Slow is a four-letter word.

Life Lessons found in the run.

In my life, I am an analyzer and a learner. I am constantly taking in what is being said and done around me. I would like to say I use these moments to grow in who I am learning to become every day. I admit, though, that sometimes the lesson takes a little longer to sink in than other times.

There is a lesson which running has taught me, but I have to repeatedly remind myself of the wisdom. I’m in the process of trying to take my own advice and re-learn a valuable point from which I believe we could all find tidbits of wisdom.

For the first time in many months, I endeavored back into the “race” world, and wasn’t just endeavoring on a training run or time at the gym. Mind you, it was a 5K, and that’s a ways from my favorite distance of the Half Marathon. Nonetheless, at times in life, we get interrupted and have to start over again. That was me this weekend. I ran the Knoxville 5K. And true to my history of participating in running events, I always walk away stronger, learning about myself.

Slow is a four-letter word.

I have always struggled with saying (out loud) that I am slow. I have been running since 2008 and currently I am at square one and pretty much starting over as if I have never completed a race. 2010 was my PR race, and even that was not record breaking by any means. Therefore, I tend to begin my conversations by saying I am slow. Even though I tell the others around me who discuss their own abilities that time isn’t important, it’s that you are out there, (which is so very true!) I have not applied that to my own self very well.

I also know what it takes to get faster and better. But if I want to change it, I need to put in the work to fix it. I KNOW all of this because I have a wealth of knowledge around me in the running industry and I have seen it. But every time I have set out to “get faster” something tends to interrupt it… or, let’s be honest… I just don’t like doing it. For me, trying to get faster actually takes the enjoyment out of the run.

I also feel the need to prove myself to others. There have been difficult conversations I’ve had about my pace which include “Oh, I pace the slow people” or “We’ll have to get you faster” or “Well, you can get a better time in your next run” when in reality, I am proud deep down for my accomplishment in lieu of life challenges. But the words have often taken away that accomplishment and made me feel as though I’m supposed to meet a standard that isn’t where I am.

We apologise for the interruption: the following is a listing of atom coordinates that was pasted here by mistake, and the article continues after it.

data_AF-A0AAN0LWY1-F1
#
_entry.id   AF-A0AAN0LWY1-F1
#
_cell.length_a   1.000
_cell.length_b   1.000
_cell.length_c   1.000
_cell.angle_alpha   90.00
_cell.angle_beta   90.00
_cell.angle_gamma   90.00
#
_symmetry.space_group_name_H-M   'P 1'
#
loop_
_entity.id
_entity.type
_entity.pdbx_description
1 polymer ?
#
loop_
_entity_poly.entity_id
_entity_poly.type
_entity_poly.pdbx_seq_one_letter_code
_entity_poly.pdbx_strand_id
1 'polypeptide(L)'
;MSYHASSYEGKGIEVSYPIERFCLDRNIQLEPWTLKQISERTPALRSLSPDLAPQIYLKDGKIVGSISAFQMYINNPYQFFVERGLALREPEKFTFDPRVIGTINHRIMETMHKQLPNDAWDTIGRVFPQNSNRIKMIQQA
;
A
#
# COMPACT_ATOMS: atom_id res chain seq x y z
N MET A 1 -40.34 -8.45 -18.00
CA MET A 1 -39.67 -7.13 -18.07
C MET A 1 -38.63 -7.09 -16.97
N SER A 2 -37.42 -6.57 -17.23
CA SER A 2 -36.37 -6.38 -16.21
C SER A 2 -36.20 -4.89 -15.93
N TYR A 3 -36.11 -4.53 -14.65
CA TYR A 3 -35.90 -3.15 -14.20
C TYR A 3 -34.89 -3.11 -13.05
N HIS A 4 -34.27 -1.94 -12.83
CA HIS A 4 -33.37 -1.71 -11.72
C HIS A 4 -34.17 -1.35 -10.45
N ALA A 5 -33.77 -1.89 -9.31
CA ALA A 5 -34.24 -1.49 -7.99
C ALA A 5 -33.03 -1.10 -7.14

Who determines what fast or slow is, anyway? What I think is fast may be slow to that person running that 8 min mile. My slow may be fast to the new runner who is just starting out. So where do we even get this idea of fast or slow? Isn’t the point to be healthy ? Isn’t the point to have a hobby we enjoy? Isn’t the point to yes, push to being our best version? Yes. It is. The focus gets to be so much on that finish time that I get caught up in it and am embarrassed to say what my finish times are.

Mind you, I applaud the elites and the fast runners. I am fascinated at their ability. Working towards a time goal is admirable and worthy. I’m simply speaking from my perspective and my running journey.  I know a lot about running because I have taught myself, I have learned from great runners around me, I have read about it and I have tried out different methods. And the bottom line is… when I am plain and simple out there doing it, I do enjoy it. And when I enjoy it, it’s freeing. Being a healthier me does not have to mean faster. If you watch a finish line sometime, you will see that people twice my size my finish ahead of me. It isn’t about size. In the running world, that is one aspect I love. Size doesn’t define speed.

Focusing on growth and change.

I am going to work on eliminating the words “I am slow” from my vocabulary. I am going to work on asking my runner friends more if they had a good time rather than what their time was.  And I am going to work on applying what I know to what I do.

This applies to all areas of life, too. Honestly, how many times do we learn something or know what we need to do, but we don’t apply it? Because it takes work. And then we complain about a lack of results.

I am very thankful for having an honest friend/mentor in my life who has encouraged me in my abilities but also humbles me and be brutally honest with me, too. “Stop saying you’re slow and be proud of what you’re doing!”  That is a rare person to have around.

So, I am not slow. I am perfectly me at my pace. I will continue to push myself to be healthy. But I will just enjoy the sport rather than beat my own self esteem up by continuously repeating the negative words others have said to me. I am not slow, and… I am back. Back to the basics, yes. But back on the finish line doing something I love.

Finding the fun again.

By the way, I had fun running the Knoxville 5K. And, in lieu of not being bashful or ashamed of my time, it was 40 minutes. But I finished. And for me, that is worth the smile and joy that the finish line brings. Because we all have a story, including me. I had fun. I learned new things about myself.  A good friend said “You crushed it!” And I smiled and embraced that. I crushed it because I completed it. We should all remember that because we all have a different journey. I gained a new excitement for running because I learned. And I ran the race and finished well.